This morning I was called upon by someone I know to look at their scythe and see why it was hard for the guy to use. I watched him hold the scythe and use it a little. He's tallish and his scythe wouldn't mount well in his snath in any provided adjustment to be fixed at a proper angle.
You need the blade to move (in it's arc) fairly perpendicular to the grass or other plants you need to cut. The tang of the blade was clearly fashioned either for a shorter person, or for a different snath. So I removed the blade, clamped it into a bench vise, heated the proper portion of the tang, and twisted the angle of the blade somewhere in the range of 20 degrees. That worked out great & the guy was pleased.
I'm posting a link to a page about doing this sort of thing. The demo shows an electrical-induction method being used for heating the steel of the tang to the required heat range for twisting, but I used oxy-acetylene — simply what I had in my shop equipment. I hope this may be helpful to some of you who are finding your scythe uncomfortable and inefficient.
Adjusting the tang angle is pretty much the only way to get a truly perfect fit of user, blade, and snath, short of making the snath completely from scratch to match the blade. You can use things like wooden wedges or shaving away part of the end of the snath to adjust things to a certain degree with some snaths/blades, but those are kind of half-measures compared to just setting the tang angle properly. Luckily, anyone with an oxy-acetylene torch or an induction heater (many mechanics have them for loosening rusted nuts) should be able to do the necessary adjustments for you if you lack the tools or know-how to do it yourself.
It is a lot of extra work for me to use my scythe due to the length of the snath vs the length of my legs. It seems the wood handles on the aluminum snath would move, as they're held on with nuts and bolts, but I am afraid to damage the handles (the nuts are sunk into the wood, thus no ready way to turn the nut). Reading this thread makes me think I should just go for it. Would love to post a pic, but I am away from my scythe for a few days. It is a Seymour SN-9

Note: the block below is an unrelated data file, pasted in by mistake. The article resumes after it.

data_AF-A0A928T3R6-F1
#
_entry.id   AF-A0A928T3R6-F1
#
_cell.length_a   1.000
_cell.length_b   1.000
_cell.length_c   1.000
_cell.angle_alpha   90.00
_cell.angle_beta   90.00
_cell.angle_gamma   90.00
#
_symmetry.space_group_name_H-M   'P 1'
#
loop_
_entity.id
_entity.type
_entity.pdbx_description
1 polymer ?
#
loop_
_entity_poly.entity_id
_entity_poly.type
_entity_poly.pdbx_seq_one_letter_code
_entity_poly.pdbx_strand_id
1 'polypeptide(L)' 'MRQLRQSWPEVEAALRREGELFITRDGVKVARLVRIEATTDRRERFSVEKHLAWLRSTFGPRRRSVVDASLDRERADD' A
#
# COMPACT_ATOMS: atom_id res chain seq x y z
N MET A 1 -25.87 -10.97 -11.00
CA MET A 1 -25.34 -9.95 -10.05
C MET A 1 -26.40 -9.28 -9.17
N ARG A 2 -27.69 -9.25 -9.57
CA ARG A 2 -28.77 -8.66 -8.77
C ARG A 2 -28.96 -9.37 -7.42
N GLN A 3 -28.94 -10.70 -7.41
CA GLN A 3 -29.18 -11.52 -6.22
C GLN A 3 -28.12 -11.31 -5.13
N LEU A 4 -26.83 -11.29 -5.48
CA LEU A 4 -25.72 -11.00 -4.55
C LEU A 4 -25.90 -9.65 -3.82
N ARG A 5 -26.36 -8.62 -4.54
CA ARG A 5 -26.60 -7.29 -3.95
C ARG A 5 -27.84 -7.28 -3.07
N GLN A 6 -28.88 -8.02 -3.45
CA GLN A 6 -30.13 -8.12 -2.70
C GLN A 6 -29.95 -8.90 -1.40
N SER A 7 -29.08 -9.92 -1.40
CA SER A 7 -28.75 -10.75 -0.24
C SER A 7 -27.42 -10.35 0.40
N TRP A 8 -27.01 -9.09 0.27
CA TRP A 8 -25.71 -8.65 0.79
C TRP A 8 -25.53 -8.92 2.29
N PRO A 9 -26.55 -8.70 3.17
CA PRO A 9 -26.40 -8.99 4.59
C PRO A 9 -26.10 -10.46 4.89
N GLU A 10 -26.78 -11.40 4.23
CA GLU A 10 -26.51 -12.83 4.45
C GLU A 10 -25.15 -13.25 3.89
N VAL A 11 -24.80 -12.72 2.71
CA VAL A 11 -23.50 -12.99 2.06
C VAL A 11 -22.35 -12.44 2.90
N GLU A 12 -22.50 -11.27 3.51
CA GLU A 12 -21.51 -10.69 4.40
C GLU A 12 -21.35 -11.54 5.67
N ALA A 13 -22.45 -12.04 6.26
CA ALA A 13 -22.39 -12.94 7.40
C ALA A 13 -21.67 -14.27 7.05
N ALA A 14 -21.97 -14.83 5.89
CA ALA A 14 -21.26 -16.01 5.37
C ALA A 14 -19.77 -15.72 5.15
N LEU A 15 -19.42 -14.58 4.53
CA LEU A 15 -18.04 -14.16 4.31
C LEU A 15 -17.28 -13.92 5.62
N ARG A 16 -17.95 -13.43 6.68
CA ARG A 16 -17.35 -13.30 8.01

posted 1 year ago
Barbara Kochan wrote:It is a lot of extra work for me to use my scythe due to the length of the snath vs the length of my legs. It seems the wood handles on the aluminum snath would move, as they're held on with nuts and bolts, but I am afraid to damage the handles (the nuts are sunk into the wood, thus no ready way to turn the nut). Reading this thread makes me think I should just go for it. Would love to post a pic, but I am away from my scythe for a few days. It is a Seymour SN-9
The nibs (side handles) are a traditional twist-to-tighten configuration, and run on a left-handed thread. Turn the wooden grip piece clockwise ("right") to loosen and counterclockwise ("left") to tighten. They may be seized on their tight, so some rubber jaw pads in a vise will allow you to clamp the grip in the jaws and then use the snath as a lever (push the working end of the snath down--or clockwise--as if the whole snath is rotating around the grip like it's an axle) to break it free. Once loosened you can then slide the nib up or down the length and re-fasten it with firm hand pressure. Also, the retaining bolt for the heel plate on those is installed upside down at the factory. The nut should be on top, not on the heel plate side. Just unscrew it and reverse the direction of the machine screw.
Benjamin, WOW, thank you so much. Wouldn't have thought they might be reverse threaded. I can't wait to try this out.
posted 1 year ago
Adjusting your tang angle will likely help, as well. Users of average height using aluminum snaths will typically need a tang angle of about 15° to get the edge to lay the proper finger's thickness off the ground in use. You may find this blog post of mine helpful. If you don't have the tools/confidence for doing the job yourself, a local metalworker can do the job pretty easily. Just find an independent auto mechanic, machine shop, blacksmith, or anyone else who might have an oxy-acetylene torch or mini induction heater. Basically any mechanic will have a torch, and many of them will have induction heaters, since the handheld units like I use were developed for heating rusted automotive bolts so they could be loosened.